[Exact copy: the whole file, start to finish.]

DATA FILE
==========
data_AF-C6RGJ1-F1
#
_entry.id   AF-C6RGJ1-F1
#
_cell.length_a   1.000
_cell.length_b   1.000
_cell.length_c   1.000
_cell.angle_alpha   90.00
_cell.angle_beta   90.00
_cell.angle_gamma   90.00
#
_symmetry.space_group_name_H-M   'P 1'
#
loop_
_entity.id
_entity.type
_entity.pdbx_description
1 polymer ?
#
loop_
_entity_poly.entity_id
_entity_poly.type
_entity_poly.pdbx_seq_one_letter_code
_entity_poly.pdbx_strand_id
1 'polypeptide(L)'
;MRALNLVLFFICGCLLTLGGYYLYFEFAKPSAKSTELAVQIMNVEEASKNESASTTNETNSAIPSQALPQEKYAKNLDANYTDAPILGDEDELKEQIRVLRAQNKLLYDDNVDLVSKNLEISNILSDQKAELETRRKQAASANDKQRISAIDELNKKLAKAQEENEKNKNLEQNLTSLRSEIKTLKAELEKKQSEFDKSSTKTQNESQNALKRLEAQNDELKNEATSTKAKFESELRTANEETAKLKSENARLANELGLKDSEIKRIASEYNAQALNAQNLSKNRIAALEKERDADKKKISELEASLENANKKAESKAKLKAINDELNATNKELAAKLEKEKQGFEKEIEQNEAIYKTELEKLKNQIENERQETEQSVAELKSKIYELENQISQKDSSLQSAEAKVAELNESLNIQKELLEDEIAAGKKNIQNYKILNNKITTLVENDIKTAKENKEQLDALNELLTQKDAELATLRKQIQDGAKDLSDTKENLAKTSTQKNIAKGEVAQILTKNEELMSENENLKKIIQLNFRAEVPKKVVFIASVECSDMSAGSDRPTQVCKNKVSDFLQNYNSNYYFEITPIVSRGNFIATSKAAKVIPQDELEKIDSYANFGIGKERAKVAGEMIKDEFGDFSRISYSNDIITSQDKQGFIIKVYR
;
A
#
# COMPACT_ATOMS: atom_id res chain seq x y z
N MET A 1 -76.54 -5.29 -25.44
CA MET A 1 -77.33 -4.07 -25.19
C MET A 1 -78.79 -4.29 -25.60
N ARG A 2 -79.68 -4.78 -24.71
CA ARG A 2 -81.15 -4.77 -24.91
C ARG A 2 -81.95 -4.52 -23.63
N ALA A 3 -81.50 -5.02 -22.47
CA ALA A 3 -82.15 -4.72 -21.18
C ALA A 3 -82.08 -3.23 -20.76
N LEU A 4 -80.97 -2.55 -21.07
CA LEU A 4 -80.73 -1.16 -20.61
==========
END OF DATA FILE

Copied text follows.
data_AF-C6RGJ1-F1
#
_entry.id   AF-C6RGJ1-F1
#
_cell.length_a   1.000
_cell.length_b   1.000
_cell.length_c   1.000
_cell.angle_alpha   90.00
_cell.angle_beta   90.00
_cell.angle_gamma   90.00
#
_symmetry.space_group_name_H-M   'P 1'
#
loop_
_entity.id
_entity.type
_entity.pdbx_description
1 polymer ?
#
loop_
_entity_poly.entity_id
_entity_poly.type
_entity_poly.pdbx_seq_one_letter_code
_entity_poly.pdbx_strand_id
1 'polypeptide(L)'
;MRALNLVLFFICGCLLTLGGYYLYFEFAKPSAKSTELAVQIMNVEEASKNESASTTNETNSAIPSQALPQEKYAKNLDANYTDAPILGDEDELKEQIRVLRAQNKLLYDDNVDLVSKNLEISNILSDQKAELETRRKQAASANDKQRISAIDELNKKLAKAQEENEKNKNLEQNLTSLRSEIKTLKAELEKKQSEFDKSSTKTQNESQNALKRLEAQNDELKNEATSTKAKFESELRTANEETAKLKSENARLANELGLKDSEIKRIASEYNAQALNAQNLSKNRIAALEKERDADKKKISELEASLENANKKAESKAKLKAINDELNATNKELAAKLEKEKQGFEKEIEQNEAIYKTELEKLKNQIENERQETEQSVAELKSKIYELENQISQKDSSLQSAEAKVAELNESLNIQKELLEDEIAAGKKNIQNYKILNNKITTLVENDIKTAKENKEQLDALNELLTQKDAELATLRKQIQDGAKDLSDTKENLAKTSTQKNIAKGEVAQILTKNEELMSENENLKKIIQLNFRAEVPKKVVFIASVECSDMSAGSDRPTQVCKNKVSDFLQNYNSNYYFEITPIVSRGNFIATSKAAKVIPQDELEKIDSYANFGIGKERAKVAGEMIKDEFGDFSRISYSNDIITSQDKQGFIIKVYR
;
A
#
# COMPACT_ATOMS: atom_id res chain seq x y z
N MET A 1 -76.54 -5.29 -25.44
CA MET A 1 -77.33 -4.07 -25.19
C MET A 1 -78.79 -4.29 -25.60
N ARG A 2 -79.68 -4.78 -24.71
CA ARG A 2 -81.15 -4.77 -24.91
C ARG A 2 -81.95 -4.52 -23.63
N ALA A 3 -81.50 -5.02 -22.47
CA ALA A 3 -82.15 -4.72 -21.18
C ALA A 3 -82.08 -3.23 -20.76
N LEU A 4 -80.97 -2.55 -21.07
CA LEU A 4 -80.73 -1.16 -20.61